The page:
Contending for the faith, then, is not something you do by yourself, just like Jessica didn’t finish that race by herself (see last post). She needed help. She needed Laura to finish that race because she wouldn’t have struggled on by herself. In the same way, we need others besides us so that we might continue to contend for the faith.

Yes, contending for the faith is going to take a lot of work, but you should be encouraged to expend the energy knowing you don’t have to do it on your own. We should be running beside one another, encouraging one another to contend for the faith. A single soldier doesn’t fight a war, and single Christian doesn’t contend for the faith. We do it together.

But again, why contend in the first place? It seems like something that is difficult, it seems like something that I am going to have to work at, even if I have others working with me. So why do I need to contend for the faith? Baked into that question is the beginning of the answer. It has to do with the two word phrase “the faith”.

 What does “the faith” represent?

Everything found in Scripture falls under the heading of “the faith”. It’s the whole body of theology and doctrine found in Scripture. It is the teaching that God has given in His Word. It is the truths about man, the gospel, God, Jesus, the church, the Christian life. Everything found in Scripture falls under the heading of “the faith”. That’s what we are to contend for.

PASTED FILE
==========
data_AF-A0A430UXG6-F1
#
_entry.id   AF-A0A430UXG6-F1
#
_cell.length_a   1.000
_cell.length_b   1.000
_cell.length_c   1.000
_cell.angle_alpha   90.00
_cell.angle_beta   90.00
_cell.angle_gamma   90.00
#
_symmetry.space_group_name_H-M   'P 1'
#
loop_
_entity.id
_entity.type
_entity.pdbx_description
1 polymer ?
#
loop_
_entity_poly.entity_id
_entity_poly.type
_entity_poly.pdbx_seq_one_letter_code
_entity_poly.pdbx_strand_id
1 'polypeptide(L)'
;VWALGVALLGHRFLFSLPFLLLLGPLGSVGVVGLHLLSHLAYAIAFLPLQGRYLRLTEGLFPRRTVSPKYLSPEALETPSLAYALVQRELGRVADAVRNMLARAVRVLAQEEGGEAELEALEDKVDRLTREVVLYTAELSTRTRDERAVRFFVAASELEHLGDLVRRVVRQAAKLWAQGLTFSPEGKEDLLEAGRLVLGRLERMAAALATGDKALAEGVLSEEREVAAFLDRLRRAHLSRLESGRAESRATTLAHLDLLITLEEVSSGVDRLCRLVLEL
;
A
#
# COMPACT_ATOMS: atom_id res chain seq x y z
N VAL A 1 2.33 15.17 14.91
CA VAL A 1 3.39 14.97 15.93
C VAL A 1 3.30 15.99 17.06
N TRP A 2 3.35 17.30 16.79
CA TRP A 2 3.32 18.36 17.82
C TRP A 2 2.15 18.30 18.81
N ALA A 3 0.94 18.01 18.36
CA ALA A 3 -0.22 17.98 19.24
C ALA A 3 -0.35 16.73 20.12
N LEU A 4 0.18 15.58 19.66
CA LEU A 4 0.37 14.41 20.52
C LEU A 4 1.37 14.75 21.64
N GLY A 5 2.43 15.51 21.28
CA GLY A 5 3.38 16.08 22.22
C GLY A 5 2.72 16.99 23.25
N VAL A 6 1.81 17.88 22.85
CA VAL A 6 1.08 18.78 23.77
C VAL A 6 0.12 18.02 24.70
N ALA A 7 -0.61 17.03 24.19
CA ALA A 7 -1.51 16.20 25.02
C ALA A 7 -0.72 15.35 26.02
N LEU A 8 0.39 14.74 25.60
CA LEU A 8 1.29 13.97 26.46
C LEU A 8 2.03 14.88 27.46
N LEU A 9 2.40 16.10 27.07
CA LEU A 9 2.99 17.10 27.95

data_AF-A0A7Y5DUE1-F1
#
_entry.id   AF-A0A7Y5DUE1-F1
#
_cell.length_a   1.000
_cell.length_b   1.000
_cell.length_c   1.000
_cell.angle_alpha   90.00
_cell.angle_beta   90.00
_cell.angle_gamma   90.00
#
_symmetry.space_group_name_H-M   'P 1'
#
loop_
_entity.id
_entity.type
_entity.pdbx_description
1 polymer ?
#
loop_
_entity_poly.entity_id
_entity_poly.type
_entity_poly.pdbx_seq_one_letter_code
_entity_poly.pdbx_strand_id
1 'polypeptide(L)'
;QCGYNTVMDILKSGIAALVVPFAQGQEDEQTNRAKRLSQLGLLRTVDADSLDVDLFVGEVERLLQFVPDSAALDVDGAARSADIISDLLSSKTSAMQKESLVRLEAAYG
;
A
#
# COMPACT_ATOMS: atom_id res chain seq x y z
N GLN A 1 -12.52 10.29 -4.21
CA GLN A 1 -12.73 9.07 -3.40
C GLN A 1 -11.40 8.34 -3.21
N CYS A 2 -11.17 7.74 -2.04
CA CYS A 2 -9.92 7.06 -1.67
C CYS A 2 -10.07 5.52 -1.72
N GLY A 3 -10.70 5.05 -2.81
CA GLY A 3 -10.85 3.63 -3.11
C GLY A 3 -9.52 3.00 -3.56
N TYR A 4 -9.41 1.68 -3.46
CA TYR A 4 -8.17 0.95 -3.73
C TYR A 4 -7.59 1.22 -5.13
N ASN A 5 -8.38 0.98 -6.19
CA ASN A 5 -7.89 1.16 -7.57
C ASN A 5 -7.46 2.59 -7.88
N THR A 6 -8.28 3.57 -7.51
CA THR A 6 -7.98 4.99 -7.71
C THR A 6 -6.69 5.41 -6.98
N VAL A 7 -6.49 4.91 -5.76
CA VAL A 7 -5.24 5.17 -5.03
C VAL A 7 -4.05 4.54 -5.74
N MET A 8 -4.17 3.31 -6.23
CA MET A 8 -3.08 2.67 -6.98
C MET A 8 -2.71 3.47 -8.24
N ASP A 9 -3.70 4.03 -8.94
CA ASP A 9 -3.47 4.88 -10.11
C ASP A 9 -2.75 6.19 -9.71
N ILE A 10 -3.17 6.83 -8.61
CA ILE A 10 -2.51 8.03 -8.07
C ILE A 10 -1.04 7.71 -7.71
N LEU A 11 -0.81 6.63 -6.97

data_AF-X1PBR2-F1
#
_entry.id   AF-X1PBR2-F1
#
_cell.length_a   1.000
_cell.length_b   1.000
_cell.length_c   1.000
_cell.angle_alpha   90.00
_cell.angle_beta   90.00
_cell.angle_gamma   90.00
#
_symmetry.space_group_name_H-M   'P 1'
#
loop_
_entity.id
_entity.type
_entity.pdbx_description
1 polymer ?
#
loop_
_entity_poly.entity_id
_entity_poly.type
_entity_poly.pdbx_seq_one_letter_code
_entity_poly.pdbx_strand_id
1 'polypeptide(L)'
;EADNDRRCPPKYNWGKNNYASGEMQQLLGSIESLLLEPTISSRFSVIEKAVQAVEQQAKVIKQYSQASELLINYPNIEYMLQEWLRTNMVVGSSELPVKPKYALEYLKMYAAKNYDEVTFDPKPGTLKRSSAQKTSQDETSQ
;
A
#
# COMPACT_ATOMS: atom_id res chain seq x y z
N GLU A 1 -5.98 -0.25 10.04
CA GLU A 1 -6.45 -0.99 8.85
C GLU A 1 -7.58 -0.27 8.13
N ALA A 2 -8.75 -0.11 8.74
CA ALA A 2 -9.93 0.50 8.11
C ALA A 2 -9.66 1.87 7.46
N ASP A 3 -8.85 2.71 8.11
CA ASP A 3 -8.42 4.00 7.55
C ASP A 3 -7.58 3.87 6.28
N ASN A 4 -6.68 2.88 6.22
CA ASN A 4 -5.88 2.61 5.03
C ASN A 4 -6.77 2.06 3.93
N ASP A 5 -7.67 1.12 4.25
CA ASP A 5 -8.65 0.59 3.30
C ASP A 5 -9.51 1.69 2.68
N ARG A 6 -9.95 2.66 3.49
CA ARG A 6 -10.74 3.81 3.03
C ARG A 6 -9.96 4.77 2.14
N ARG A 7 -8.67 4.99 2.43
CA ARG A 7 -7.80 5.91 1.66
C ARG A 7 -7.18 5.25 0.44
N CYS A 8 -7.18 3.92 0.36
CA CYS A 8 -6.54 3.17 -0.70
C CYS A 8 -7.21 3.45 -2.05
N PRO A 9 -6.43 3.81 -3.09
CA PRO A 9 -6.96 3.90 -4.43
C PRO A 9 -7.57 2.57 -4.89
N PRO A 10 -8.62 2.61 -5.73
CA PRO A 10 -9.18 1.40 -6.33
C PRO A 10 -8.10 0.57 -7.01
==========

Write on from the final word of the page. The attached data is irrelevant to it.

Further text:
We must contend for the faith because of false teachers.

Look at verse 4,

“For certain people have crept in unnoticed who long ago were designated for this condemnation, ungodly people, who pervert the grace of our God into sensuality and deny our only Master and Lord, Jesus Christ.” (Jud 4)

Jude tells us that false teachers have staged a covert operation to infiltrate the church and deceive church members, leading them astray and away from Christ. Notice the “certain people” — false teachers — “have crept in unnoticed”. That’s the idea of the covert operation.